And that looks different for everybody. Our culture, (through home magazines, home improvement shows, etc.) tends to glorify the Marthas and the Katie Browns while making it all look so easy. And maybe it is for some of us! But my opinion is that none of us should feel “less than” for not pouring every ounce of creative energy we can scrape together into making our homes a photo-ready panacea of warmth, peace, and domesticity-in-action. Now, would I LOVE to cultivate a home like this? *Of course*! I’m not knocking it, just saying that unfortunately, it’s not realistic for every woman at all times during her life.

    Thanks for giving us something to chew on today. :)

  14. Wouldn’t it be lovely to be able to just concentrate on your home and making it wonderful! But, some of us find that we have to work in today’s world to be able to keep our homes. I just wish I could find a happy balance between the two.

  15. What a great quote that you chose from Alexandra Stoddard. Isn’t that the truth? It’s all in the details- I try to balance both- work and at the same time foster a wonderful home environment with that easy laid back feeling. :)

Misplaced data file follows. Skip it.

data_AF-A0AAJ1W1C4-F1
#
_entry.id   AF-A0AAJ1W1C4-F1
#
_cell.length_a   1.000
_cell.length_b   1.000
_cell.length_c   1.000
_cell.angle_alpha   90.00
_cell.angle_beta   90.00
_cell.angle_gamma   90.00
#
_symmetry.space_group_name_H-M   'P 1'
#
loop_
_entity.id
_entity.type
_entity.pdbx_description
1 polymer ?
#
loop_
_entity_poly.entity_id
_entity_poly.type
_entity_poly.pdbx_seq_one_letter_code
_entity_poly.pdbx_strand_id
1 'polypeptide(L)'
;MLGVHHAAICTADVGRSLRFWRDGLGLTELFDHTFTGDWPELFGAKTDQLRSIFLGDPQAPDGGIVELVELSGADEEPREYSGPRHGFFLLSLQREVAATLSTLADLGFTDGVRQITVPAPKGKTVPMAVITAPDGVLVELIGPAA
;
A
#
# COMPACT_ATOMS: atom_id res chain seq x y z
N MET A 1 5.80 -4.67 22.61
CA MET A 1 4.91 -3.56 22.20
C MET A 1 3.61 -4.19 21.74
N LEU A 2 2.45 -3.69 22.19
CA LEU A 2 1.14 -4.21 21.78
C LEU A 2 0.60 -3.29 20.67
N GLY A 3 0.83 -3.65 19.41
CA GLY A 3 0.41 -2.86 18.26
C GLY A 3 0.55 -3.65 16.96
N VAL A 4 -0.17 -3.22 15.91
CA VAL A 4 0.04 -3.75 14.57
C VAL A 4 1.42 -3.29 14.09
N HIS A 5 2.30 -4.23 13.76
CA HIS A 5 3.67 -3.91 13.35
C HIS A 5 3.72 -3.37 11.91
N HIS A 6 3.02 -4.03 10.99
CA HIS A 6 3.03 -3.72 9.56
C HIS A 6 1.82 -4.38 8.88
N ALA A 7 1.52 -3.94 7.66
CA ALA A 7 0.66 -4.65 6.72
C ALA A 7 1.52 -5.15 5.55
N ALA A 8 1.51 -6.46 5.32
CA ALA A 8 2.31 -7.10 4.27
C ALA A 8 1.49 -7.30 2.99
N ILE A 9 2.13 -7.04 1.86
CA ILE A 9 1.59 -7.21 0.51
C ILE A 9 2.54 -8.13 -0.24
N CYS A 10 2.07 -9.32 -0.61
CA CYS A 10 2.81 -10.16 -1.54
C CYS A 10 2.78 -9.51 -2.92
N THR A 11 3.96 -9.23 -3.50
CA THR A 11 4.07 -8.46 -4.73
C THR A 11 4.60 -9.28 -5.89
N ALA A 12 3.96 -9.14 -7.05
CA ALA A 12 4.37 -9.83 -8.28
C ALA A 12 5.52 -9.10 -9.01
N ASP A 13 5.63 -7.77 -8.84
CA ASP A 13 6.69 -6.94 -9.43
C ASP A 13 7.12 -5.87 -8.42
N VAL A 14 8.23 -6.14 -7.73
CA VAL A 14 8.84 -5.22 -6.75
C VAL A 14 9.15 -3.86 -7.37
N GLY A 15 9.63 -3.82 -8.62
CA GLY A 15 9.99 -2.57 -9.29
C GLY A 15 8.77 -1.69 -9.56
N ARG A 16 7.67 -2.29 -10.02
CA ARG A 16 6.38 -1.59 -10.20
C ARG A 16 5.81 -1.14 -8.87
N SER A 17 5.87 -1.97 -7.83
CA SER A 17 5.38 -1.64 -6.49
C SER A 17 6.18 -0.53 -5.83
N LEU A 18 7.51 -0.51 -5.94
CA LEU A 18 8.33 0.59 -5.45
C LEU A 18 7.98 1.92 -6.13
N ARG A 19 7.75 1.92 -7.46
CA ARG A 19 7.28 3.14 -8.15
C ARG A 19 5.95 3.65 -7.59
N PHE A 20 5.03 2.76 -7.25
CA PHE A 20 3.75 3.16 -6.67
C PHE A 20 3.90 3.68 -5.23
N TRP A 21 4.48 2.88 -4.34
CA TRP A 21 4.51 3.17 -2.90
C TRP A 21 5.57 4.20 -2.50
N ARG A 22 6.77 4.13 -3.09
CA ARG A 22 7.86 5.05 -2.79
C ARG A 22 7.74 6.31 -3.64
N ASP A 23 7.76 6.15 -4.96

16. Go Melissa. I’m so on board with everything you’re saying here.

    Thanks for bringing this conversation to mind.

  17. savoring quiet moments…how wondrous…thanks for reminding me…a BIG congratulations for the best nod…i know it is deserving cause i love your blog too…so it has to be the best…LOL…you have it girl…keep it up…you’ll have your own book deal…the orient express and ian…now that is inspiring…blessings, rebecca

  18. I didn’t read the article, but I think it’s all about balance too. My mom was a total stay at home mom & a real domestic diva. She did it all..cooked, sewed, cleaned house & ran things in general. I so want to be like that too, even though I’ve worked all my life outside the home. I’ve enjoyed being at home as a domestic goddess for awhile & now am back in the workforce. There’s a time & place for everything. I hope to one day be home again, where I will revel in all things domestic. In the meantime, I’ll work & find the time to do all those little domestic things that are so important to keeping a family going.

    Congrats on the Top 10 designer blogs award! You deserve it.

    Rhoda